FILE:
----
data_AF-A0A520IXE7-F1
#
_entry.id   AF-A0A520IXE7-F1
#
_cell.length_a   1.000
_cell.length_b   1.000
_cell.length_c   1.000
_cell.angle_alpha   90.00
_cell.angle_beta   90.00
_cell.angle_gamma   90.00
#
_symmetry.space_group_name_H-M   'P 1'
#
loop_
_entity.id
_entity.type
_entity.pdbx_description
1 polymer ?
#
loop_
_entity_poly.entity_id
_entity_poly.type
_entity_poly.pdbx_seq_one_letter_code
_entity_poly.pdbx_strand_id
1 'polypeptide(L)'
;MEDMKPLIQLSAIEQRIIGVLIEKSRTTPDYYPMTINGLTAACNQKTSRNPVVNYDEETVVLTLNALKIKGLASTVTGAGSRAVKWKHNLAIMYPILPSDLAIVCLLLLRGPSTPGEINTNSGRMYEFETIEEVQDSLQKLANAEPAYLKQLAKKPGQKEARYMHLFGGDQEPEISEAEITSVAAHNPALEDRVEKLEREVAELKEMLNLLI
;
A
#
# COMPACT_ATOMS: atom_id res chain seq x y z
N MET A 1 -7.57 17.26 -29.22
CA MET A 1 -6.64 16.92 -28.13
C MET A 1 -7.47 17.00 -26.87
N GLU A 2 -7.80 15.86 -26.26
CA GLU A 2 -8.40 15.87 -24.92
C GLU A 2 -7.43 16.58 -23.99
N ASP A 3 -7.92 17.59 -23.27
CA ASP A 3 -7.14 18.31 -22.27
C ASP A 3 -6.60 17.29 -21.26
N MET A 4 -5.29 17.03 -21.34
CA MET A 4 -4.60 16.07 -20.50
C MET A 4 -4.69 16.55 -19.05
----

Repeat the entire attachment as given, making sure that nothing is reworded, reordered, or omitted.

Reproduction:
data_AF-A0A520IXE7-F1
#
_entry.id   AF-A0A520IXE7-F1
#
_cell.length_a   1.000
_cell.length_b   1.000
_cell.length_c   1.000
_cell.angle_alpha   90.00
_cell.angle_beta   90.00
_cell.angle_gamma   90.00
#
_symmetry.space_group_name_H-M   'P 1'
#
loop_
_entity.id
_entity.type
_entity.pdbx_description
1 polymer ?
#
loop_
_entity_poly.entity_id
_entity_poly.type
_entity_poly.pdbx_seq_one_letter_code
_entity_poly.pdbx_strand_id
1 'polypeptide(L)'
;MEDMKPLIQLSAIEQRIIGVLIEKSRTTPDYYPMTINGLTAACNQKTSRNPVVNYDEETVVLTLNALKIKGLASTVTGAGSRAVKWKHNLAIMYPILPSDLAIVCLLLLRGPSTPGEINTNSGRMYEFETIEEVQDSLQKLANAEPAYLKQLAKKPGQKEARYMHLFGGDQEPEISEAEITSVAAHNPALEDRVEKLEREVAELKEMLNLLI
;
A
#
# COMPACT_ATOMS: atom_id res chain seq x y z
N MET A 1 -7.57 17.26 -29.22
CA MET A 1 -6.64 16.92 -28.13
C MET A 1 -7.47 17.00 -26.87
N GLU A 2 -7.80 15.86 -26.26
CA GLU A 2 -8.40 15.87 -24.92
C GLU A 2 -7.43 16.58 -23.99
N ASP A 3 -7.92 17.59 -23.27
CA ASP A 3 -7.14 18.31 -22.27
C ASP A 3 -6.60 17.29 -21.26
N MET A 4 -5.29 17.03 -21.34
CA MET A 4 -4.60 16.07 -20.50
C MET A 4 -4.69 16.55 -19.05